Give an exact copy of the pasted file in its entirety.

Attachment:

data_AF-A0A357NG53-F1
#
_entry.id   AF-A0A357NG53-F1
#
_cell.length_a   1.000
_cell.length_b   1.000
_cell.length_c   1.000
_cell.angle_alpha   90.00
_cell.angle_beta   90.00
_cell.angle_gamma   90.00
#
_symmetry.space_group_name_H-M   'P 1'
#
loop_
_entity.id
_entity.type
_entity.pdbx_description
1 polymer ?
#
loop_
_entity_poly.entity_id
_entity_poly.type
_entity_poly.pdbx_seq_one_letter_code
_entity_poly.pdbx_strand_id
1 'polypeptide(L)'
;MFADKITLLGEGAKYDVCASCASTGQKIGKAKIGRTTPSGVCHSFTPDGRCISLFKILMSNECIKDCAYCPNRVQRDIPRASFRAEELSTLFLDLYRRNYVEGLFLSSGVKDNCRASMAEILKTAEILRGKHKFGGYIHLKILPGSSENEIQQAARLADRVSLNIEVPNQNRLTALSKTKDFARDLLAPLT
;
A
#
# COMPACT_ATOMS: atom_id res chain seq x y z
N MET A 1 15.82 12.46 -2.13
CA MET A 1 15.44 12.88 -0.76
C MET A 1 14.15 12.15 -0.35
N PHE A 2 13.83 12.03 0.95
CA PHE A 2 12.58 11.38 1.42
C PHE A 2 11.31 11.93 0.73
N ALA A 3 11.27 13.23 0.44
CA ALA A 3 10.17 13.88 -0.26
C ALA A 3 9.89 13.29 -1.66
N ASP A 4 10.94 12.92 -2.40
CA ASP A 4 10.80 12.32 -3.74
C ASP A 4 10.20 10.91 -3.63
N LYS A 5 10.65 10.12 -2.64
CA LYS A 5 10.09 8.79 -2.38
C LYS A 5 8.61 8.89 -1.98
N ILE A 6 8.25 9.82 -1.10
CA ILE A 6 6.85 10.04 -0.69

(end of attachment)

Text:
data_AF-A0A357NG53-F1
#
_entry.id   AF-A0A357NG53-F1
#
_cell.length_a   1.000
_cell.length_b   1.000
_cell.length_c   1.000
_cell.angle_alpha   90.00
_cell.angle_beta   90.00
_cell.angle_gamma   90.00
#
_symmetry.space_group_name_H-M   'P 1'
#
loop_
_entity.id
_entity.type
_entity.pdbx_description
1 polymer ?
#
loop_
_entity_poly.entity_id
_entity_poly.type
_entity_poly.pdbx_seq_one_letter_code
_entity_poly.pdbx_strand_id
1 'polypeptide(L)'
;MFADKITLLGEGAKYDVCASCASTGQKIGKAKIGRTTPSGVCHSFTPDGRCISLFKILMSNECIKDCAYCPNRVQRDIPRASFRAEELSTLFLDLYRRNYVEGLFLSSGVKDNCRASMAEILKTAEILRGKHKFGGYIHLKILPGSSENEIQQAARLADRVSLNIEVPNQNRLTALSKTKDFARDLLAPLT
;
A
#
# COMPACT_ATOMS: atom_id res chain seq x y z
N MET A 1 15.82 12.46 -2.13
CA MET A 1 15.44 12.88 -0.76
C MET A 1 14.15 12.15 -0.35
N PHE A 2 13.83 12.03 0.95
CA PHE A 2 12.58 11.38 1.42
C PHE A 2 11.31 11.93 0.73
N ALA A 3 11.27 13.23 0.44
CA ALA A 3 10.17 13.88 -0.26
C ALA A 3 9.89 13.29 -1.66
N ASP A 4 10.94 12.92 -2.40
CA ASP A 4 10.80 12.32 -3.74
C ASP A 4 10.20 10.91 -3.63
N LYS A 5 10.65 10.12 -2.64
CA LYS A 5 10.09 8.79 -2.38
C LYS A 5 8.61 8.89 -1.98
N ILE A 6 8.25 9.82 -1.10
CA ILE A 6 6.85 10.04 -0.69